The Courier News from Blytheville, Arkansas on April 7, 1967 · Page 2
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The Courier News from Blytheville, Arkansas · Page 2

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Blytheville, Arkansas
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Friday, April 7, 1967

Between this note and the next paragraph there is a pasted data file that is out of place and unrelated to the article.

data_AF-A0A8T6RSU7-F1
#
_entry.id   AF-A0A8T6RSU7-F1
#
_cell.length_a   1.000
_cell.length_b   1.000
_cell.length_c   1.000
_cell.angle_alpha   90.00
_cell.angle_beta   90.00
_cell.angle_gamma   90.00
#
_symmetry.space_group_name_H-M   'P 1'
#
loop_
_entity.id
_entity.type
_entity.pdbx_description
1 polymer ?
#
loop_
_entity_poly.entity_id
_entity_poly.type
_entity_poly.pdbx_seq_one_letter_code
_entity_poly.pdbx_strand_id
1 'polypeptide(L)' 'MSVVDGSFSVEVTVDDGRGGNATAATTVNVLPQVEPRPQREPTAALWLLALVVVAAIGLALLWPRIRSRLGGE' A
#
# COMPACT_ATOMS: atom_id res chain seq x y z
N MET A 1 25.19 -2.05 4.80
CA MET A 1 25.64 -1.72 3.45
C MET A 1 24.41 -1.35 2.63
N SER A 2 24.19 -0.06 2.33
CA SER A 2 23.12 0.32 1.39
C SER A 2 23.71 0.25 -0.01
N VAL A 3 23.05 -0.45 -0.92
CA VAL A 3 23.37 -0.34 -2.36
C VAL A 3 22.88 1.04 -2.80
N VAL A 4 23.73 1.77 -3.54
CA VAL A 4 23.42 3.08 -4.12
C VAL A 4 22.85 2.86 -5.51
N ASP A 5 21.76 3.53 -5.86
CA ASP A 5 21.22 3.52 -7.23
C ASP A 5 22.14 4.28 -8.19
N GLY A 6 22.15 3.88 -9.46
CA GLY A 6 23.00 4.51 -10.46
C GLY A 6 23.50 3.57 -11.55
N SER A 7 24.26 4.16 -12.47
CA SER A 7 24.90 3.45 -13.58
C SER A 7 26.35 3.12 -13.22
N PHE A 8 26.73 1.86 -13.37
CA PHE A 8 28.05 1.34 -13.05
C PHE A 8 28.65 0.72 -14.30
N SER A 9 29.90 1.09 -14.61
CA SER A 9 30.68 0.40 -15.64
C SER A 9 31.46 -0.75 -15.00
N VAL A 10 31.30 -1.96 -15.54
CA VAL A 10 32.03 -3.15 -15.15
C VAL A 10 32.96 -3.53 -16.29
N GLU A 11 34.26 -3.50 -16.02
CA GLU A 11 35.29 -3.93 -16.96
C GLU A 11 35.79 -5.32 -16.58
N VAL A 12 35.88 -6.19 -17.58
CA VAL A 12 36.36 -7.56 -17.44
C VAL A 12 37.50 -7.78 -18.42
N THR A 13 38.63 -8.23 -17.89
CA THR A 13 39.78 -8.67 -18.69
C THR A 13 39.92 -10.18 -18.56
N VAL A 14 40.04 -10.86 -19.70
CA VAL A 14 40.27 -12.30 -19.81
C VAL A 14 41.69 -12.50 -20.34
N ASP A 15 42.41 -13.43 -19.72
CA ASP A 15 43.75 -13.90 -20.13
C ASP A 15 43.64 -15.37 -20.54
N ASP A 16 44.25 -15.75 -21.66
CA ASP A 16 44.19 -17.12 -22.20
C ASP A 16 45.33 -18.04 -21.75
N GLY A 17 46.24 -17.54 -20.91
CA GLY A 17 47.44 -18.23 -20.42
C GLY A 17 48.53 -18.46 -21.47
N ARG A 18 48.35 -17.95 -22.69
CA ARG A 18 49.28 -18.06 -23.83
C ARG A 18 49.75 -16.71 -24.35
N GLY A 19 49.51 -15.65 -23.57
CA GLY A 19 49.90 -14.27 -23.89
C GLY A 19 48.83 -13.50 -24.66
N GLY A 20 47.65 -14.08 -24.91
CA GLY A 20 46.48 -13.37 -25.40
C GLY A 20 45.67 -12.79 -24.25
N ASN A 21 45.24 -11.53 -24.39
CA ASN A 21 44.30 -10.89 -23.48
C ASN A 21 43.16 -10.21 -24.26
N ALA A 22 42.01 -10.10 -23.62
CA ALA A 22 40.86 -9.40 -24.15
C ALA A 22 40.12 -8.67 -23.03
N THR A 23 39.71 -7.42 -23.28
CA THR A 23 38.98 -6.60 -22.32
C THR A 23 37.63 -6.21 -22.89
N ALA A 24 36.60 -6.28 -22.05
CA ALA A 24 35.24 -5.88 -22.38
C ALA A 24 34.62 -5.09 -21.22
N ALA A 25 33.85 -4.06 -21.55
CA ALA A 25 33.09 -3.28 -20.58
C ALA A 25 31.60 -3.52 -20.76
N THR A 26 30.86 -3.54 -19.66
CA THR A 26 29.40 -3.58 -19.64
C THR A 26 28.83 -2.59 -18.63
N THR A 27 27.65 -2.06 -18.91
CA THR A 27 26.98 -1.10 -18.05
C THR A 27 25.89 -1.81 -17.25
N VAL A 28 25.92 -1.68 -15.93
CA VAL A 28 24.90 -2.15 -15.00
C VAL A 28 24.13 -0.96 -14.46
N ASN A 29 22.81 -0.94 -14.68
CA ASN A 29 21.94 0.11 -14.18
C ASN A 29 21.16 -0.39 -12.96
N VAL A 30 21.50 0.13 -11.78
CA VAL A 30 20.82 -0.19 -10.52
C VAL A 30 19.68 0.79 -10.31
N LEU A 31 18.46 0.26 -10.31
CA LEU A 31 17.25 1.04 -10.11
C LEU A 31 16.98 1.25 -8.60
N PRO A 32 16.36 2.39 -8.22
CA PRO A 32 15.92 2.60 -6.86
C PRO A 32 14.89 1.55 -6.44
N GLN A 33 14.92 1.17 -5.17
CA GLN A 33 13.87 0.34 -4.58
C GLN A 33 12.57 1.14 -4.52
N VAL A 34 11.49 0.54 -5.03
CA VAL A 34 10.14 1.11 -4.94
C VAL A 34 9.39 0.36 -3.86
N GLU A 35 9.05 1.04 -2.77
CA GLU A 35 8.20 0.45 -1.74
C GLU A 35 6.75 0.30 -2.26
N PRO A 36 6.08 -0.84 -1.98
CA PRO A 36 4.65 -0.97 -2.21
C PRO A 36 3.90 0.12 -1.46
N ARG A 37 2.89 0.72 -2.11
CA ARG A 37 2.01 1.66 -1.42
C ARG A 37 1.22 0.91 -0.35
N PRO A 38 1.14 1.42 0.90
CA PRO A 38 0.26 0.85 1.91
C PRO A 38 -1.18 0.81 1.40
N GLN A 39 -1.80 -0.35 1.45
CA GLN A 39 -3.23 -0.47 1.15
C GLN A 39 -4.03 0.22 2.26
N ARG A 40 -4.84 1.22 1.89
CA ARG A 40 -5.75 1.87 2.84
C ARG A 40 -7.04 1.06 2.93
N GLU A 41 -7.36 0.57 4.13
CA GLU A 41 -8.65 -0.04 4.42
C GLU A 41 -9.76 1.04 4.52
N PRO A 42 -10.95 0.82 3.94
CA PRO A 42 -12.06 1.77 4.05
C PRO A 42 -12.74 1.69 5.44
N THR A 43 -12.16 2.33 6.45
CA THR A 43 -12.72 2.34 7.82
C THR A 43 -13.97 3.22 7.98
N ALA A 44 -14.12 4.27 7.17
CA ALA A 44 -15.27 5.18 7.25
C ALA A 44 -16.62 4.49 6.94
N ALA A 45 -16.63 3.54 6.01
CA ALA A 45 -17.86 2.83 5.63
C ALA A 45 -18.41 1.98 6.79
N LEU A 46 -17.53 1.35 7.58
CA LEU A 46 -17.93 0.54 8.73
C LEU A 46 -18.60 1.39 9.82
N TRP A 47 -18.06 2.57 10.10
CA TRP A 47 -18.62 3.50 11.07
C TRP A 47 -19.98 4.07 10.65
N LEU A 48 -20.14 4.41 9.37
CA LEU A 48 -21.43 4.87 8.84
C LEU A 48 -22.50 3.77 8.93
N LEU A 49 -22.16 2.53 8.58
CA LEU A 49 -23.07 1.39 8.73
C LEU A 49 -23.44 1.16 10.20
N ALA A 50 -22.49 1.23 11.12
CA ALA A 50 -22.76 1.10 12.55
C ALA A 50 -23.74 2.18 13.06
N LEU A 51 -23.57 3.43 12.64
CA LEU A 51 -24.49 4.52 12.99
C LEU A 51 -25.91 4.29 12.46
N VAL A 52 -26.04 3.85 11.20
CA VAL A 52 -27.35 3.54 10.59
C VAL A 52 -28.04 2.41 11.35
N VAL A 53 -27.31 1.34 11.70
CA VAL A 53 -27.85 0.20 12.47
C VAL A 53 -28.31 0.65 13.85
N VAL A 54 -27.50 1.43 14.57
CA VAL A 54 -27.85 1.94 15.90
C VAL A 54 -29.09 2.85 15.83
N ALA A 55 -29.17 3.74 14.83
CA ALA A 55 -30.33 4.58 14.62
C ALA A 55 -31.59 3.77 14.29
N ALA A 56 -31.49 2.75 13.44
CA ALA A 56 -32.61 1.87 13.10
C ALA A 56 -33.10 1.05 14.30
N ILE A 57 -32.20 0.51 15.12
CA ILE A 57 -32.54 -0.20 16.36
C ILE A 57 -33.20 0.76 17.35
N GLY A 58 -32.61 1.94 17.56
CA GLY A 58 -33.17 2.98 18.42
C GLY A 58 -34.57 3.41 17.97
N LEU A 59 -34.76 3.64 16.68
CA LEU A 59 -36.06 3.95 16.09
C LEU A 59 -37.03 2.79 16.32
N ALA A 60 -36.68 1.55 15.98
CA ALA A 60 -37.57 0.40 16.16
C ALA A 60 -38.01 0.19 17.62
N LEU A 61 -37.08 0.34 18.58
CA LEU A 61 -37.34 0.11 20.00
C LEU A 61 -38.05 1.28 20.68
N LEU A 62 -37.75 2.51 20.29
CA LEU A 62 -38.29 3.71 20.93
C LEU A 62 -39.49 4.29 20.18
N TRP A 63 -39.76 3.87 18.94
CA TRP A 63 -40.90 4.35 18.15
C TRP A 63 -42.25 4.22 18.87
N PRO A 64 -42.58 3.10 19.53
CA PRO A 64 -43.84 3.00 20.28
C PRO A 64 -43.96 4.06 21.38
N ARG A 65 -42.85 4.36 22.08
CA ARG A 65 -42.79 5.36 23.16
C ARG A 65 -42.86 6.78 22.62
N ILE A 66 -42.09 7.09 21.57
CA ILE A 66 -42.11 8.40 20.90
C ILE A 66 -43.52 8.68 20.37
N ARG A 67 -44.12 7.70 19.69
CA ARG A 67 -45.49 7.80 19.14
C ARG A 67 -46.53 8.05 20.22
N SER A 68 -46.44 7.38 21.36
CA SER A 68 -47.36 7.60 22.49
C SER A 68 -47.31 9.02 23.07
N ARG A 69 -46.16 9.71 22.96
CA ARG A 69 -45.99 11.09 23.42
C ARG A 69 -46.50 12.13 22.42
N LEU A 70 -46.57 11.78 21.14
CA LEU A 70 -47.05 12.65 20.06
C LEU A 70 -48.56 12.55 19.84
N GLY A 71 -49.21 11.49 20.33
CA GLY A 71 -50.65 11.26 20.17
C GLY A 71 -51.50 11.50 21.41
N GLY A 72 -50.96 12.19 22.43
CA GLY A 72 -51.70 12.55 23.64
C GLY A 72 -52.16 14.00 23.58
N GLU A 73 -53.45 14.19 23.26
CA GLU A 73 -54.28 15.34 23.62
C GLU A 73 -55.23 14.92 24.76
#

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Page T*fl * BJyffiwffle /Ark.) Courier News - Friday, AprU 7, 1M7_ Mao Faction Needs Victory Soon B> WIILIA.M L. RYAN 1 AP Special Correspondent After eight months of ferocious struggle, the Mao Tseu;na faction at the pinnacle of ro'.ier in Red China still finds final vicior.' beyond its grasp. The-?- are signs that in despera- ',,-_- , .ing to force a show- d..-.'-n. !:' 'he- fiction does not win fir.sietc- victory soon, there tr-"'- not be much point to win- r "2 ai a!!. Ahead is a specter of economic disaster. If it brings uidespread hunger, it can mean a long period of internal violence and international complications. Victory had seemed near at least twice far the supporters of Defense Minister Lin Piao, who has made himself chief inter- 1 tunvr* 3'ain ta its kev terror ' spawned the great purge. It •veapon - Hie 'een-age Red specified that "criticism of any- Gua<-u= and 'he slightlv more ! oie by name in the press should jdult "Re.-ilutionary Rebels" to decided after discussion by - in an alt; mot to destroy the the party committee at the chief of state. President' Liu , same level, and in some, cases Shao-chi. and with him his in- , submitted ta the party cpmmit- tontial alies: Teng Hsiao-ping, ; tee at a higher level for approv- the Communist party general -al." . secretarv; and Tao Chu , the ! Liu has been attacked by in- able politician who rode high for ; nuendo, by implication, by at- a while as proDaganda czar. tacks on his writings in the offi- The Mao-Lin faction's failure ; rial press, but neither the offi- nrobzblv lies in the party's Cen- 1 cial press nor the radio has tral Committee. If it were unit- '' mentioned him by name. The ed. there would be no question : attacks by name are only in the sbout the outcome. But the!"Ta Tse Pao" - the Red Mao-Lin faction - though it has 1 Guards' wall newspapers. the power to organize the kids 1 Since the president and his in the streets — has not yet | allies are not named in the been strong enough to annul one ! press, it is reasonable to as- of the kev rules laid down by i sume that they still have consid- the Central Committee for the j erable support in the Central conduct of Mao's "Great Prole- Committee, and their foes must *~..;.in r"ii!tn-^l Rmmlntinn " , f!cp ntnpr tOOlS. I he was obliged His confession, preter of Mao and heir apparent to his authority. But the quarry It [Central Committee meeting in late October, the wall newspapers said, Liu's back was to the wall and "confess." relayed by the wall posters, was abject. He called himself an inferior person who had underrated Mao's teachings. But he was not toppled. The Liu-Teng forces seemed to gain strength in November. They weathered the storm of the so-called January revslution svhich was supposed ta have been the.final haymaker at "the handful of people in authority in the party who took the capitalist I road." . I The January revolution was carried out under the slogan ef "Seize the Power." Mae's forces attacked the party apparatus at province and city levels iall over China. In many prov- proved elusive and durable. "Now the Lin-Mao faction That was point 11 in the 16- '• The wall newspapers had indi-! inces they claimed victory. But Mint communique adopted in cated that Liu almost lost out at ] reports from those provinces in is i August at the meeting which ; the August meeting. Again, at a i C h i n e s e-language domestic broadcasts make it plain that the power seizure has been far from complete in many instances and that the struggle is continuing. Meanwhile, a note of extreme urgency sounds in appeals to the peasantry' to get on with the spring planting, and appeals to workers to stay on their jebs in industry. Along China's frontier with the Soviet Union, serious situations seem to be developing. The Russians are deliberately pumping in inflammatory propaganda to convince the non- Chinese people in those areas that they are being victimized by Peking. Should there be a major upheaval in Peking, it is not far-fetched to speculate that the Russians might move into Sinkiang — site of China's nuclear bomb installations — and even other areas to provide puppet regimes which would serve in the future as buffers. LONG-SNOOTED AIRCRAFT depicted here is actually an in-flight simulator being developed to duplicate flying motions of large jet aircraft of the future. The one drawn here is equipped with the type of nose that will be on the supersonic transport of the future. Authenticity of the simulator, being developed by Cornell Aeronautical Laboratory, is so exact that even the appropriate type of noise that will be heard on the SST is produced in the forward cockpit Employment among the aged i per cent of the male popula- has been steadily declining in: tion aged 65 and over was em- the United States. In 1890, 68.2! ployed compared with only 24!dia Britannica. per cent as recently as 1963, according to the Encyclopae- Detective Tells of Finding Nurses' Bodies Bv F. RICHARD CICCONE ' stab wound in her left breast, i body of a nude female on the PEORIA III (AP) — A Chi- "A brown blanket covered the •, couch. She was Gloria Davy. A ca"o detective has told how he upper portion oi Miss Karris' ' strip of cloth was around her found the oodies of eight mur- body. A nurse's stocking was: neck. It was double knotted in dered nurses as the prosecution '. knotted around her neck and a j the back." presses a fast-moving chron-: strip of cloth was wrapped i William Martin, the chief oloofcal display of evidence in :' around her wrists.'' : prosecutor, asked Wallenda if the trial of alleged mass killer : Miss Jordan clutched in her | the strips around the neck, Richard Speck. ; right hand a strip of cloth, Wai-; wrists and ankles of the victims Detective Jack Wallenda's .lenda said. She was stabbed i were tied with different knots, testimony came Thursday after < four times. ; "No, they were not,'' Wallen- the defense concluded an unex-j "In the west bedroom, there;da replied. pectedly brief cross-examina- ; was a body c. f one female lying j * * * tion of Corazon Amurao. on the bed and two bodies on the ! Gerald Getty, Cook County Miss Amurao, 24, the Philip-1 floor," Wallenda related. I public defender who is Speck's pine exchange nurse who sur-j Nina Schmale was on the bed. | counsel, cross-examined Miss vived the slaughter, identified i Wallenda said she was stabbed | Amurao gently. He passed Speck, 25, as the killer Wednes-; four times in the neck and a j quickly over the details of the day. ' ' ' strip of white cloth was double! four hours during which the Wallenda. a 14-year veteran of, knotted around her neck. :girl, hiding under a bed, the police force, testified he was i The policeman described the watched her friends taken to ;ne first detective to arrive at. two Philippine victims, Valenti-1 iheir deaths. Chicago's South na Pasion and Merlita Gargullo, i Getty spent some time quizz- the house Side. "In the front east bedroom, I > knotted strip of cloth was found the bodies of three girls," j around Miss Gargullo's neck. 'Vallenda said, and identified i Miss Pasion was face down, her them as Pamela Wilkening, Su-' ankles bound. ,i-ho were on the floor. A double- j ing her on the lighting in the rooms where she said she saw Speck. Getty concentrated on throwing doubt on the description of zanne Farris and Mary Ann [ Wallenda added: "I observed Jordan. : the body of s female lying on He continued: ''Miss Wilken-ilhe floor of the bathroom, face up. She was Patricia Matusek. Her hands were tied with a strip of white cloth, another strip was knotted tightly around her neck, twice in the back. She had a ' "In the living room was the ing had white cloth stuffed in her mouth and a strip of cloth was wrapped very tightly around her neck and knotted the assailant that she gave to a police artist.. He asked Miss Amurao if her first description of the intruder was, "a matt, 25 years of age, 6 feet tall, short or crew cut hair, no hat, wearing a. waist-length jacket, dark panls?" Mother Feels Sorry For Sons Abductor BEVERLY HILLS, Calif.'by the kidnaper. Investigators were studying a CAP) — The mother of 11-year- "I've been kidnaped. Can ^composite drawing of a old Kenneth Young, a kidnap come in?'' the boy asked. I Caucasin based on the male boy's victim now safe at home after a Negrey then learned that Ken-1 description of his kidnaper and 72-!iour ordeal and payment of ny was the son of Herbert J.]the father's description of the 5250,000 ransom, says of her Young, 35. president of the $423- man who picked up the ransom son's abductor: "I feel sorry for million Gibraltar Savings and money. there being Loan Association of Beverly j The Youngs have three other the man, I Hills. ,'children, Jeffrey, 3, Gregory, would thank him for returning! A telephone call to the Young 15, and an adopted daughter, Ca- The girl replied, "I did not | showed a man with a crew cut. say 'crew cut,' sir." Getty alleges that Speck wore The police artist sketch his blond hair long on July 14. Berserk Man Kills 2 Police Officers the man — out hunted. If I saw my son home alive and well." .home released Arline Young made the com- and relief menl Thursday night at a news "Hi, dad." Kenny said. "I'm conference in the family's ex-;all right. Come and.get me." pensive home, once owned by : Mrs. Young said she had been fiini star Deanna Durbin. This'certain "deep down — here in torrent of joy thv. 3. All were asleep when Kenny was spirited away early Monday by way of an outside staircase at the rear of the house. The staircase, which provides WEST PALM BEACH, Fla. (APj — A man who killed two policemen could have been stopped without bloodshed, Police Chief William Barnes says. "If just one person had stepped in, my men would be alive today," Barnes said. He said a group of women witnesses told him several men stood by Thursday while a berserk man disarmed Sgt. William H. Fletcher and killed him with his service revolver. "They just stood there," Barnes said. "And if my man had used his pistol to subdue the suspect he would have been charged by the press with police brutality." Fletcher, 5.2, and motorcycle patrolman David Van Curler, 31, a father of five, were slain with their own service revolvers as they answered a complaint at a federal savings and loan association. John C. Cooley, 32, an unemployed Negro, was charged with first degree murder. He was captured in front of the Fidelity Federal Savings and Loan Association as he stood over the dead policemen, a gun in his hand. Cooley was subdued by Thomas Gorham, 20, a Silver Star winner who picked up Van Curler's discarded gun and got the drop on Cooley. Van Curler's | pistol had only one bullet in it ' but the other was empty. With Fletcher and Van Curler lying dead in the street. Gorham held the gun on Cooley while onlookers yelled: "Kill him! Kill Him!" "Even the guy yelled, 'Yeah! Shoot me, I wanna die!' And I told him, 'You don't have to was the first meeting with my heart" that Kenny would be access to the patio and pool j w-orry about that'," said the newsmen for Kenny, who wore returned unharmed. area, leads to a sliding glass 1 Ar my veteran who won his a baseball cap over bis shaved " ' head. call as "the happiest moment Impatient about photographs my life.' But she described the phone ; door near Kenny's room. On Kenny's bed that morning s maid found a typewritten note medal by overrunning a Viet Cong machine gun nest. "When they guy saw me he but anxious to relate details of Her son said he had been left addressed to "the master." It dropped the gun and raised his his kidnaping, he disclosed that hound and blindfolded in a car .outlined plans and a timetable j hands," Gorham, said. "That's apparently only one man was parked in the basement garage i f or ransoming the boy on i a " r wanted. T '" J "" " : " involved. of an apartment building in San- Wednesday night The father ! ° r tne crowd. Flashing a shy smile, Kenny ta Monica. Following instruc- followed these instructions, said, "I didn't feel chicken .tions, he waited 30 minutes, about it. On the first day, he then wiggled free of the hind- said I would be home Wednes- ings and ripped loose the band- day night. i ages over his eyes. "I wasn't scared except when He took an elevator to the he showed me the gun." 'street level and sought help at Consistently referring to his the nearest apartment, abductor only as "he." the » » t financier's son told of the food: The previous evening his fa- "That guy didn't look as tough as a Viet Cong." Gorham remained calm until police reinforcements took charge of Cooley, who was not injured. Fletcher, a 19-year veteran of the force, first answered a call for help by a female teller who said a man had tried to kick in the door, shouting. "Let me in, I'm John the Baptist!" Witnesses said file man, raving and wild-eyed, first shot Fletcher, then cut down Van Curler before he could get off his motorcycle. Two boys who watched the episode told police the man took Van Curler's pistol out of its holster and, stepping over his body, walked to Fletcher and began pumping bullets into him. "I hate you, I hate you," Gorham quoted Cooley as screaming at the dead officers as they lay in the street. Police Lt.. Patrick Hickey said Cooley, a thin man about 5 foot- 9, fought police, was screaming and cursing when officers brought him into the station, but later was calm and carefree as he was questioned. Police at nearby Riviera Beach said Cooley's wife earlier in the day had signed a complaint against him, claiming hj chased her and their children out of the house with a butcher knife. Police said they had an order to pick him up on charges of forgery and mental incompe- tency. He formerly was a furniture mover. Gorham said of the incident: "The thing that really hurts is that I could not get there 30 seconds earlier — just 30 seconds, that's all. I don't know what I could have done. But still." given him. (her had paid the ransom in $100 "I didn't like it. He fed me TV;bills in a roadside meeting with dinners — meat loaf. He forced : a man who drove a 1965 white it down me." j Chevrolet Impala. Then he described the shaving ef iiis head, a maneuver appar- The FBI said the $250,000 was Combine Faiths India's Sikhs practice a faith that combines both Hindu and Moslem beliefs. Like followers of Islam, they worship only one god and oppose caste barriers; all I wanted. I ignored the cries | like Hindus, they eat no beef and cremate their dead. Warwick the Winner PROVIDENCE, R.I. (AP) Democratic State Sen. Robert 0. Tiernan of Warwick, a supporter of President Johnson's policy in Vietnam, is officially the winner of the special Rhode Island congressional election. The Stale Board of Elections certified Tiernan the winner Thursday ever his Republican opponent, Cranston Mayor the highest ransom ever paid in j . James DiPre , te Jr after a re . ently designed to make the tape this country for a victim re-; count 0 , machine votes . of a blindfold stick better. ! leased unharmed. Serial num- DiPrete the pre-election fa- "He did it Monday at 11: hers of the Federal Reserve vorite, advocated a suspension o clock, ' Kenny said, "He put | notes were retained by the FBI. | in bombing North Vietnam in me on the bed, then made me: Investigators said Young'sji ne hope it might lead t» peace bend over with my feet on the i description of the white Chevro- t a |], S- floor and clipped my head." j let is a prime clue. Police said it Kenny wore only undershorls; bore California license plates when he appeared at 3:30 a.m. j"NBD 770." Thursday at (he apartment in Although operating, on the nc.'irby Santa Monica of Jotin A. "lone kidnaper" theory, officers Ncircy, 43, an aerospace engi-isaid they were not discounting 'the possibility that more than one person was involved. FBI Director J. Edgar Hoover assigned 300 agents and Hie full resources of his agency to the search. neer. Ncgrsy said the boy's wrists were taped with adhesive, and a strip of adhesive dangled from his'forchead. The boy was drow- syfrorn sleeping pills given him Tiernan's plurality was S13 votes out of the nearly 114,000 cast March 28 to choose a successor (o the late Democratic Rep. John E. Fogarty. About 3,000 votes went t» an independent candidate, the Rev. Albert Q. Perry of Providence, who ran as a pacifist. Tiernan is scheduled to take his seat in the U.S. House next Thursday. Mrs. Idelle Lowe, Blytheville, plays Tigerino—wins $1000 at her Esso Station HUMBLE SPRING CLEARANCE SALE FRIDAY-SATURDAY AND SUNDAY Register For PORTABLE TV SET To Be Given Away Sunday, April 16 SHADE TREES-6-7Fl. Tall 2 98 each SHADE TREES-IMS Ft. Tall • Cottonless Cottonwood • Silver Maple and Many More White - Pin Oaks Willow Oak - Black Gum Balled & Burlapped AZALEAS 10-12 ft. Spread 98c 15-18 ft. Spread . 2.95 9 95 each Flowering Crab and Peach 3-4 ft. Blooming 59c FLOWERING SHRUBS SNOWBALLS — CRAPE MYRTLE FORSYTHIA — CARDINAL SHRUB ALTHEA — BIRD of PARADISE SMOKE TREES — MANY OTHERS Sago Palm 2 98 White Dogwood 3-4 Ft. Tall 98' Potted Roses Tip-Top Shape 50 BEDDING PLANTS OF ALL KINDS FREE LANDSCAPE DESIGNING Bring Sketch or Photo to Us Complete Line of BULBS Complete Line of PATENTED ROSES Largest Nursery In the Tri-Srates Area Open Sunday Afternoon For Your Shopping Convenience Midsouth Nursery and Garden Center Highway 63 West Jonesboro, Ark. ONLY 45 MINUTES DRIVE FROM BLYTHEVILLE